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DUBAI: There’s never been a Marvel character quite like Dr. Michael Morbius before. Nor has there been an actor quite like Jared Leto in the lead role of a Marvel movie before. The Academy Award-winner chooses his roles very carefully — only appearing in eight films in the last 10 years. When he does pick a part, though, he arguably commits more fully than any actor alive today. Leto is a famed practitioner of the ‘method’ approach, disappearing fully into the character from the start of filming until it’s all over.

“He’s quite an immersive actor, Jared. He has his own process. In fact, I didn’t meet him until the first day that we shot together and, even though we were together for months, I still never really met him as Jared, only as Michael,” his co-star Matt Smith, star of “Doctor Who” and “The Crown,” tells Arab News.

For “Morbius,” Leto’s process took him from a sickly doctor on the brink of death, searching for a cure, into a vampiric creature who fights his darkest urges to become an unlikely hero.

Director Daniel Espinosa and Jared Leto. (Supplied)

“I’m attracted to roles where there’s an opportunity to transform — physical transformation, but also mental, emotional… any and all,” says Leto. “I played Dr. Michael Morbius from his most frail, to his most powerful, to his most monstrous. There’s a lot of range in there, so that was really fun to tackle. Not only does the movie have action, stunts, and fighting, but the role itself was taxing. Whenever he’s fighting the affliction, he’s caught in a crossroads between different parts of the character. It’s like a withdrawal process, a full-body experience.”

Leto’s commitment also forced his co-stars to up their game, they say.

“You have to match his energy. It forces you to. You stay in character as well. You have no other way to communicate. You can’t be like, ‘Hey, what are you going to do tonight?’ I would call him Dr. Morbius. He would call me Martine. And the conversations that we would continue to have were very much about the material,” says Adria Arjona, the film’s female lead.

“There’s no small talk, which was good. We just dove right in — straight into the work with an insane focus — which I found entertaining and enjoyable,” Smith, who plays the film’s villain Milo, echoes.

The process made Arjona bolder than she ever had been before.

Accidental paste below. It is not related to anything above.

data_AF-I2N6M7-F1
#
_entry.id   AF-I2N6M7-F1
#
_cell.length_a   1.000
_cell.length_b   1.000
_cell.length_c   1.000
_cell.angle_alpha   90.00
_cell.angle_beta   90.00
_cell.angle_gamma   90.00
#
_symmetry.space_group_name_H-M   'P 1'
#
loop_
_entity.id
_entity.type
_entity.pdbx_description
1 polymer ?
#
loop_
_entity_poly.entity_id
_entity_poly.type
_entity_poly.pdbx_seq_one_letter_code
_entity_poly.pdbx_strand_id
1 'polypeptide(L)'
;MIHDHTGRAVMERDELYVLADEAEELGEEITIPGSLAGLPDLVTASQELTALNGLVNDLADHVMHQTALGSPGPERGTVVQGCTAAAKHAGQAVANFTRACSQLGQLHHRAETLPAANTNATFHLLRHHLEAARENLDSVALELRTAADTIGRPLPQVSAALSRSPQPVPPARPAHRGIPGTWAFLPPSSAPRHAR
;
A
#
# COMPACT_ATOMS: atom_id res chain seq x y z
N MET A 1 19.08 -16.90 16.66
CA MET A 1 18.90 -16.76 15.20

“Because I was in character, I had the confidence to mess around with him too. Because Martine does, though I would never do that as myself to Jared. Then the more we spoke, the more little things started to arise,” Arjona continues.

Adria Arjona is the film’s female lead. (Supplied)

Even the film’s director Daniel Espinosa had to alter his directing style to suit Leto’s process — unable to speak to him as a filmmaker usually does to their star.

“It turns you into a bit of a weirdo. As a director, you want to follow every person’s process. For this, I had to become a bit like his subconscious whispering into his ear. I would softly say things behind him like, ‘Maybe you should rise up a bit earlier in the scene.’ It put me in a strange position, but I felt it was my duty to follow his process, as it’s their creativity on display, not mine,” says Espinosa.

For the director, who refers to himself as ‘Sweden’s second-biggest comic-book fan,’ the chance to helm a Marvel film was a dream he never thought he’d be able to realize, as most films in the Marvel Cinematic Universe exist in a style so different from the one he forged in films such as the 2017 sci-fi horror “Life” with Jake Gyllenhaal, or the 2012 thriller “Safe House” with Denzel Washington.

“I never knew how I would make this jump, because I don’t fit in with the kind of quasi-comedies that most Marvel pictures ultimately are. The idea to do something that had a sub-element of horror ignited the twin passions I’ve had for both comic books and horror since I was a kid,” Espinosa explains.

The chance to play a Marvel superhero marks a move in a lighter direction for Leto, who has famously gravitated almost exclusively to dark material for the better part of his career. As Morbius finds himself headed towards somewhere more hopeful by the end of the film, so too does Leto himself.

“I don’t feel that same attraction to darker material that I did when I was younger,” Leto says. “I probably wouldn’t want to spend that kind of time anymore — and I don’t want roles that could bruise my psyche. Luckily, there’s a lot of other things to explore.”

Perhaps rumors of a team-up with Tom Holland’s Spider-Man will prove true, then.

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